The Great God Pan
All the fabulous illustrations on the post are by mgkellermeyer via DeviantArt.com.

The quality of the writing is excellent – stylistically it compares to the likes of Conan Doyle or HG Wells. There’s a good deal of humour in it alongside some effective and occasionally gruesome horror and he’s a great storyteller. His descriptive writing is also very good. I particularly liked how he used London pollution effectively to give a strangeness to the city – his skies are purple, grey, dark, red, and the street lamps have to fight to shed their light through the dirty air. His Wales is equally good in what feels like a deliberately contrasting way. There, the air is clear but there are hidden things behind ancient rock formations – old symbols, and sometimes new symbols placed by ancient races.

The Welsh parts have a very similar feel to Lovecraft’s ruins – Lovecraft acknowledged his influence – but where Lovecraft opted for ancient malign aliens, Machen’s evil is all of earth, earthly. Worth reminds us that this was at a time when Victorian society was having to get used to the ideas that man had evolved from the beast and that the world was far, far more ancient than had previously been thought. Where Wells takes evolution far into the future in The Time Machine, Machen instead suggests that some of the ancient things of earth are still here, unevolved and unchanging. And that sometimes they might even live within us…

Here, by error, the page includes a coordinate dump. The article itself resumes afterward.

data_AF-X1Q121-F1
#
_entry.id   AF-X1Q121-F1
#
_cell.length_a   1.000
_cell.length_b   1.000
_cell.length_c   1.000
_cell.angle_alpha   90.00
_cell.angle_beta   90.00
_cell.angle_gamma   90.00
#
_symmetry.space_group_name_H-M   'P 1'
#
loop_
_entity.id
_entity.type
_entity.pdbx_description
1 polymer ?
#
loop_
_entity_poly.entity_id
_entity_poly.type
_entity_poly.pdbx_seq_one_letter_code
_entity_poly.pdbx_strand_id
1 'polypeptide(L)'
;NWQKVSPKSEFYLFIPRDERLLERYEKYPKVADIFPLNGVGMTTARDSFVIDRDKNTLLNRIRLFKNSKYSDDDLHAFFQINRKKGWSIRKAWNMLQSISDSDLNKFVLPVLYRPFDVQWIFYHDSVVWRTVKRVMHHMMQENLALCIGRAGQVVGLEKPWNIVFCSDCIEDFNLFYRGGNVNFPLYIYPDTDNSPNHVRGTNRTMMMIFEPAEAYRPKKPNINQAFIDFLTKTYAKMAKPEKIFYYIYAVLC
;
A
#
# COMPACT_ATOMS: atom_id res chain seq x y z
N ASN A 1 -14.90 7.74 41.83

The stories range in length from a couple of pages to well over a hundred. I gave every one individually either 4 or 5 stars – I think that’s a first for me in any collection. Some of the very short ones are a little fragmentary, but each either tells a tale on its own or adds depth to the world Machen has created. Some are outright horror, some more an evocation of a kind of witchy paganism, some based more in reality. Marvellous stuff! Hard to pick favourites, but here are just a few of the ones I enjoyed most:-

The Shining Pyramid